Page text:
Even when Asian American men are present as the lead male usually in martial arts or action films , they rarely have the opportunity to demonstrate any physical displays of affection. For example in Romeo Must Die , a film based on Romeo and Juliet starring Chinese actor Jet Li and Aaliyah an African American actress , the two leading characters never kiss despite the romantic link between them.
A kiss was tested with a focus group, but they were uncomfortable with it, so in the cinematic release of this film, the two characters again, based on Romeo and Juliet hug instead. The analyses presented in this study are limited in a few respects. First, we do not measure mate availability. While structural frameworks do stress the importance of individual characteristics i.
Indeed, prior research finds that higher sex ratios i. However, prior studies concerning mate availability find that sex ratio imbalances explain only a small part of the marriage gap between black and white women e. In the current study, we are unable to address the influence of sex ratios on racial and ethnic patterns of current involvement because the contextual data corresponds only to the period of interviews.
More specifically, the contextual data in the fourth wave include only the number of women and men for the ages 18 to 24, not the full age range that might compose a potential mate pool. A second limitation concerns our measurement of cultural norms. We do not have measures of parental attitudes toward the formation of romantic partnerships, which might provide us with a more direct measure of family influences on young adult behaviors. Still, it is unlikely that Asian American parents would be more restrictive with their sons than daughters Dasgupta ; Espirtiu ; Talbani and Hasanali However, we did explore the role of several variables measured at Wave I in mediating the gap between Asian and white men in our preliminary models not shown here.
We also included measures of verbal aptitude and grade point average. Finally, we measured attitudes among young adults related to union formation during the third wave e. None of the variables we considered reduced the magnitude of the gap substantially or reduced its level of significance. As Add Health does not ask respondents about their willingness to form relationships with partners from specific racial groups, we are not able to empirically test the racial hierarchy explanation and suggest that future population-based surveys incorporate these measures.
Nonetheless, our results do suggest that a racial hierarchy in romantic partner preferences may hinder Asian men from entering into romantic partnerships during young adulthood. However, these figures include Asian men who dated and married outside of the US — hence, they would not have suffered under the same racial hierarchy as they might have had they dated in the US.
We do not know whether this younger cohort of Asian American men will eventually marry at similarly high rates or whether the patterns of exclusion found in the dating market here will continue to the marriage market. Data from the US Census also includes individuals that married outside of the US, so even if Asian American men are marginalized in the US dating market, that would not affect the odds of marriage among Asians outside of the US.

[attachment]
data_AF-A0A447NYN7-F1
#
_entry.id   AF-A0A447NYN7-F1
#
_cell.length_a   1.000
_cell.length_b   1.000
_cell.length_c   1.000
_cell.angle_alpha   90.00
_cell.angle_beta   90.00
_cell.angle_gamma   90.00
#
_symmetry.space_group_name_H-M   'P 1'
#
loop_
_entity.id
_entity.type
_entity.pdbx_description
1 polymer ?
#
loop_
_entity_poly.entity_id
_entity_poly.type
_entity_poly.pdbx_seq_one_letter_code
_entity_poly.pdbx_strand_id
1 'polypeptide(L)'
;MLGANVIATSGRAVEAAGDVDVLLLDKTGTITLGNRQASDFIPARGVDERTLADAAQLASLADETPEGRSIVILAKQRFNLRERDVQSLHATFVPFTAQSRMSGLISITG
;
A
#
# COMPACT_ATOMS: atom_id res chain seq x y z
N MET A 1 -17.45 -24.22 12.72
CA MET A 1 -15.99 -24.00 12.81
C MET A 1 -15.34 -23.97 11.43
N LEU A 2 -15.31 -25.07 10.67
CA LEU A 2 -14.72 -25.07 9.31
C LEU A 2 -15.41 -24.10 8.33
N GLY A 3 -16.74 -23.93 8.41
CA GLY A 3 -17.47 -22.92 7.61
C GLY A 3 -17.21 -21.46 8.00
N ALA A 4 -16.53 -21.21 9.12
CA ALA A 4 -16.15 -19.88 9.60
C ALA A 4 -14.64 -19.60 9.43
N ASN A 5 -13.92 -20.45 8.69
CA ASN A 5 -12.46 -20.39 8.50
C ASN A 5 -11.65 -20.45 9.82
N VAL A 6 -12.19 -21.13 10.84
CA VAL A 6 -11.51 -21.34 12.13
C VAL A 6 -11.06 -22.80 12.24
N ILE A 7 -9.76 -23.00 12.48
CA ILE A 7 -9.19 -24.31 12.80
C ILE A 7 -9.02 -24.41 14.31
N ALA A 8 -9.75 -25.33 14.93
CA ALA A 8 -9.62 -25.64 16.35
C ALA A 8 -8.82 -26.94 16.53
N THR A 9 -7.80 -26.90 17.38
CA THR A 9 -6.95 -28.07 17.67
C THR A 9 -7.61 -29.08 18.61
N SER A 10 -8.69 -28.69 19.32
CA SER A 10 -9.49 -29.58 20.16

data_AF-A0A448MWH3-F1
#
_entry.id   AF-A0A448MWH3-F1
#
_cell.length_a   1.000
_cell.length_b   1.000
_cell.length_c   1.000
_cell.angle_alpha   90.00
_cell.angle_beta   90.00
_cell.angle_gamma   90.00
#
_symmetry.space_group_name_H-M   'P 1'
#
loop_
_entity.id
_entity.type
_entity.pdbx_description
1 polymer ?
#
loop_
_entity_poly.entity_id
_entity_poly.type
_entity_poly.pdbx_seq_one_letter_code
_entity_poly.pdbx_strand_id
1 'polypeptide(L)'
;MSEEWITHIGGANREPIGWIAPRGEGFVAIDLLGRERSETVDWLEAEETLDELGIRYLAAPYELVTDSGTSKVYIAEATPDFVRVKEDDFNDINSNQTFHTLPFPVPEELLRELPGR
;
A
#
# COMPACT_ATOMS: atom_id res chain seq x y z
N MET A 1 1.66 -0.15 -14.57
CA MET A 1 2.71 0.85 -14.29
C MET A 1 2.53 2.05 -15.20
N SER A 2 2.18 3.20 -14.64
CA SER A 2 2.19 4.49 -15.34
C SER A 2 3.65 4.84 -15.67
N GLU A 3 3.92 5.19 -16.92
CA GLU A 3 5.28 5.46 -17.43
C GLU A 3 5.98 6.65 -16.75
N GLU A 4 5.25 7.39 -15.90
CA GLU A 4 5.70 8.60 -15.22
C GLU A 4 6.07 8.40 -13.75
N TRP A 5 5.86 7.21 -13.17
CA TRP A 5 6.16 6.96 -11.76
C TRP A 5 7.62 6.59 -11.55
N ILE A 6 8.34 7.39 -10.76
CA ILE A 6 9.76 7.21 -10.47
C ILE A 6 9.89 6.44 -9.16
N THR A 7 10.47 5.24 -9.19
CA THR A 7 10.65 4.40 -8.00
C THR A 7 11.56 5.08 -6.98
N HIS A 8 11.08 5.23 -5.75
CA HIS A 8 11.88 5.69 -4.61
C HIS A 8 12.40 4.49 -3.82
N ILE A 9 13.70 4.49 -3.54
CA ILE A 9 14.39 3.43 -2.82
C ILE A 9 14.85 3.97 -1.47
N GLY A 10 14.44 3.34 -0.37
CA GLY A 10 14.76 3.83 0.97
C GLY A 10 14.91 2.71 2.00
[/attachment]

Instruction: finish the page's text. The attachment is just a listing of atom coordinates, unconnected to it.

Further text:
It is also possible that Asian American men are disadvantaged in the dating market, but eventually marry due to their higher SES attainment. Our study is an important first step into understanding the marginalization of some groups in the dating market, but additional studies are needed that offer a more comprehensive view of romantic involvement ranging from where individuals search for and meet potential partners to how the romantic relationship progresses at this stage of the life course.
Prior studies have suggested that social context shapes the networks from which individuals chose or are chosen as mates Kalmijn and Flap ; Laumann, Gagnon, Michael and Michaels Where individuals meet romantic partners i. Examining factors such as these may help to explain some of the gaps we find in romantic involvement not only for Asian men but for black women. Richard Udry, Peter S. Special acknowledgment is due Ronald R.
Rindfuss and Barbara Entwisle for assistance in the original design. Information on how to obtain the Add Health data files is available on the Add Health website http: No direct support was received from grant PHD for this analysis. Grace Kao, University of Pennsylvania ude.
National Center for Biotechnology Information , U. Popul Res Policy Rev. Author manuscript; available in PMC Oct 1. Kelly Stamper Balistreri , Ph. Grace Kao University of Pennsylvania ude. Author information Copyright and License information Disclaimer. The publisher's final edited version of this article is available at Popul Res Policy Rev. See other articles in PMC that cite the published article.
Abstract Asian American men and women have been largely neglected in previous studies of romantic relationship formation and status. Structural Explanations Individual Characteristics Structural frameworks highlight the role of individual characteristics in explaining the formation of romantic relationships. Cultural Explanations A cultural framework suggests that some racial and ethnic groups, particularly those composed of a high proportion of immigrants, may have distinctive patterns of involvement due to their family values, such an emphasis on educational achievement Glick, Ruf, Goldscheider and White, ; Schneider and Lee , cultural views about dating and premarital sexual behavior Espiritu and a heightened sense of obligation to the family Smith Racial Hierarchies Critical race perspectives focus on how certain race and gender groups are favored or marginalized in the mate market.
Variables Our analyses utilize an indicator of different-sex partnering based on the Wave IV interview. Analysis Plan We begin this study by contrasting men and women who are white, black, Hispanic, and Asian according to their current relationship status. Open in a separate window. Weighted estimates and unweighted sample sizes shown.
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Related dating and mate selection among young adults from immigrant families